• service on a committee or commission whose principal focus is the study or revision of the rules of appellate procedure of the North Carolina or federal courts;
  • authoring a treatise, text, law review article, or other scholarly work relating to appellate practice;
  • teaching appellate advocacy at an ABA accredited law school; and
  • coaching in appellate moot court programs."

The rules also allow for certain types of practice equivalent activities including:

  • "Services as a trial judge for any North Carolina General Court of Justice, United States Bankruptcy Court, or United States District Court, including service as a magistrate judge…."
  • "Service as a full-time, compensated law clerk for any North Carolina or federal appellate court…."
  • "Service as an appellate judge for any North Carolina or federal appellate court…."

The attorney must also demonstrate substantial involvement in appellate practice by providing information regarding completion of the following task requirements:

  • Five oral arguments to any state or federal appellate court; and
  • Principal authorship of 10 briefs submitted to any state or federal appellate court.

The attorney must earn more than 36 hours of accredited continuing legal education (CLE) credits in appellate practice and related fields during the three year period prior to submitting the application. Related fields include:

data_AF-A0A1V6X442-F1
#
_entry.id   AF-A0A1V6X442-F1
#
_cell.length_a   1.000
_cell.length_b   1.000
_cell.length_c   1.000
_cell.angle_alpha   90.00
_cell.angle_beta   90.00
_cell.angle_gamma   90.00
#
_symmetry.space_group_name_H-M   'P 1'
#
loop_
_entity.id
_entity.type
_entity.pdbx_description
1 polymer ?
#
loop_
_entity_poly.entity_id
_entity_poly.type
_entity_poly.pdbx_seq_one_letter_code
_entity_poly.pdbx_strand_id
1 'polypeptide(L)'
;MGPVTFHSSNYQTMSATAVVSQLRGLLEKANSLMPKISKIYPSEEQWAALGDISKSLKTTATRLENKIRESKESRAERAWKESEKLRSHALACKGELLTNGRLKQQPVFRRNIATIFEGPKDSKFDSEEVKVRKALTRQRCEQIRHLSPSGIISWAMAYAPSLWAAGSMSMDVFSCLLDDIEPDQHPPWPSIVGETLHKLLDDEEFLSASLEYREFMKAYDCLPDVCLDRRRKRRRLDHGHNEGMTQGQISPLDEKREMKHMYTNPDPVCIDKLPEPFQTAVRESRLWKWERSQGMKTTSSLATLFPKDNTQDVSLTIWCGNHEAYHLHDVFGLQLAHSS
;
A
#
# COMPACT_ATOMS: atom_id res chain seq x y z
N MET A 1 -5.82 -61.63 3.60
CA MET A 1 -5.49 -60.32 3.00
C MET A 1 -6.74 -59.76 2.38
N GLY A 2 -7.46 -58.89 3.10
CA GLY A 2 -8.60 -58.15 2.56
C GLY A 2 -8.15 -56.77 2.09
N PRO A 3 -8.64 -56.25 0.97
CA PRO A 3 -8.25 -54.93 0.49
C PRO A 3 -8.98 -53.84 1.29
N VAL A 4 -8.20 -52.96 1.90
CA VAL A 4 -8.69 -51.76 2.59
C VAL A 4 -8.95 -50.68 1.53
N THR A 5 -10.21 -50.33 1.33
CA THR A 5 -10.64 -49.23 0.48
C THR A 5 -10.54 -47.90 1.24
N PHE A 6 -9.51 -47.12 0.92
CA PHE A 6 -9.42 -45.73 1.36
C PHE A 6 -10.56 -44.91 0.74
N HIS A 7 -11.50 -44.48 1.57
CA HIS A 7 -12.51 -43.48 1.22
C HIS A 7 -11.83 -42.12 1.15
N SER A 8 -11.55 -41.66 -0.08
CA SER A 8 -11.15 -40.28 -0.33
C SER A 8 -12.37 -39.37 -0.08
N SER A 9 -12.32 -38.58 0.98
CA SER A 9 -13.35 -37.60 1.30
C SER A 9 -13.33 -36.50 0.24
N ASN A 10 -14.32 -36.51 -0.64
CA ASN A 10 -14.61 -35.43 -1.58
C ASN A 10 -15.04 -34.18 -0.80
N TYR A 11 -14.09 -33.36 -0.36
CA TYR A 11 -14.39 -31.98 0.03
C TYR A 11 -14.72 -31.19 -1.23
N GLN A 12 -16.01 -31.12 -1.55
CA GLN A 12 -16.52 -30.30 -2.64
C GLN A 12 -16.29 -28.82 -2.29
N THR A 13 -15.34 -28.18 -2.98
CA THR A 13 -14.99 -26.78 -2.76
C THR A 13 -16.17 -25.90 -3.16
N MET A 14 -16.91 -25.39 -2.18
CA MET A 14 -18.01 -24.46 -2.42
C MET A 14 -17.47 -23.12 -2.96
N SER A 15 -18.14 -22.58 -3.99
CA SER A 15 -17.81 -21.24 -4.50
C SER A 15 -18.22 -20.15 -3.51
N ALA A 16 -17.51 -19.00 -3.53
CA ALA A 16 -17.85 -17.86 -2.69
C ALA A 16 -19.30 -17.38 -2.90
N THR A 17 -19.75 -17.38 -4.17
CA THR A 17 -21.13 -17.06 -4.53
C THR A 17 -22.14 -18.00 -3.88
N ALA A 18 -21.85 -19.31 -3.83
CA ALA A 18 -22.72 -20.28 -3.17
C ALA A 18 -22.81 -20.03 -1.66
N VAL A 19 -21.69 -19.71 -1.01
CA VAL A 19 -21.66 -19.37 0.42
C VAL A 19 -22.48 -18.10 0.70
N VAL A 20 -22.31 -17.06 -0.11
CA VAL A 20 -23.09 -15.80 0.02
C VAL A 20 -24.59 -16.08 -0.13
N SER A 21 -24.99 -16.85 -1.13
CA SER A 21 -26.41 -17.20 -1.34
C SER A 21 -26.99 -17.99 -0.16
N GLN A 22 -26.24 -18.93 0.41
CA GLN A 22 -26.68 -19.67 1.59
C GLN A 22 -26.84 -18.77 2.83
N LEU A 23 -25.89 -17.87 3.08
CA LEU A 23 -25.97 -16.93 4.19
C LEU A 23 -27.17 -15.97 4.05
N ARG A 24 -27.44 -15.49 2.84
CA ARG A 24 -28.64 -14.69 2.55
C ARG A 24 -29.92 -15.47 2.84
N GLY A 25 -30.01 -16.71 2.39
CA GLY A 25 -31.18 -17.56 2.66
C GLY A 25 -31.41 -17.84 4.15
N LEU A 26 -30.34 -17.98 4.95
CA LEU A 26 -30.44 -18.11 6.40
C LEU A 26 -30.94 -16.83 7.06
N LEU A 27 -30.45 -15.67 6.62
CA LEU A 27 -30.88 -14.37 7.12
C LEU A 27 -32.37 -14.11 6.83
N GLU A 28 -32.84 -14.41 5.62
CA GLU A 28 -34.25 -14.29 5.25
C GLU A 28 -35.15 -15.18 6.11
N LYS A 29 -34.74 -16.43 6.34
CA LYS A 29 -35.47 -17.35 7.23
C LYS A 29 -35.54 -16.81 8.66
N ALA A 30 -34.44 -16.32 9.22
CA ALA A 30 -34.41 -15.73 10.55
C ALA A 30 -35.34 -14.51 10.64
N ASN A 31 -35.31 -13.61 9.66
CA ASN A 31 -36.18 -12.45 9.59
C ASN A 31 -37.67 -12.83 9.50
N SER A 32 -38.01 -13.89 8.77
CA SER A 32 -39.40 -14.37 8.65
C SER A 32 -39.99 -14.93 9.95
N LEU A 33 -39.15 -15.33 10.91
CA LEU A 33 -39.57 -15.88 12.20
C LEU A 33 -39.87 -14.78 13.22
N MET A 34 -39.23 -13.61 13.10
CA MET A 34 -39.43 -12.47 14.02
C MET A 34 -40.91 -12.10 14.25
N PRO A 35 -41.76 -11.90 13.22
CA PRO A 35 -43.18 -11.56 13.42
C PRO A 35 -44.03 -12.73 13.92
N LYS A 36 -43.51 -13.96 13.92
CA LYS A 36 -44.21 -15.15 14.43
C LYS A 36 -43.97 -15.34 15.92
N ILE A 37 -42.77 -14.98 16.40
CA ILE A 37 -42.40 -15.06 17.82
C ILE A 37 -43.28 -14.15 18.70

• trial advocacy;
  • civil trial practice and procedure;
  • criminal trial practice and procedure;
  • evidence;
  • legal writing;
  • legal research; and
  • mediation.

The attorney must submit to peer review and provide the names of judges and other lawyers who are familiar with the attorney's experience in appellate practice.

The attorney must pass an examination related to appellate practice. The subject matter of the examination includes:

  • The North Carolina Rules of Appellate Procedure;
  • North Carolina General Statutes relating to appeals;
  • The Federal Rules of Appellate Procedure;
  • Federal statutes relating to appeals;
  • The Local Rules and Internal Operating Procedures of the United States Court of Appeals for the Fourth Circuit;
  • The Rules of the United States Supreme Court;
  • Brief writing;
  • Oral argument; and
  • Principles of appellate jurisdiction.

The attorney must also qualify for continued certification every five years by showing substantial involvement, completion of Continuing Legal Education, and submission to peer review.


Finding an Attorney for Appellate Practice in North Carolina

North Carolina's board certification program plays an important role in helping the public find the best attorney for their particular case. At Lawyer Legion, we understand the importance of these programs.

Our directory helps the public find an appellate attorney for both civil and criminal cases throughout North Carolina including Charlotte, Raleigh, Greensboro, Winston-Salem, Durham, Fayetteville, Cary, Wilmington, and High Point.


This article was last updated on Friday, November 22, 2019.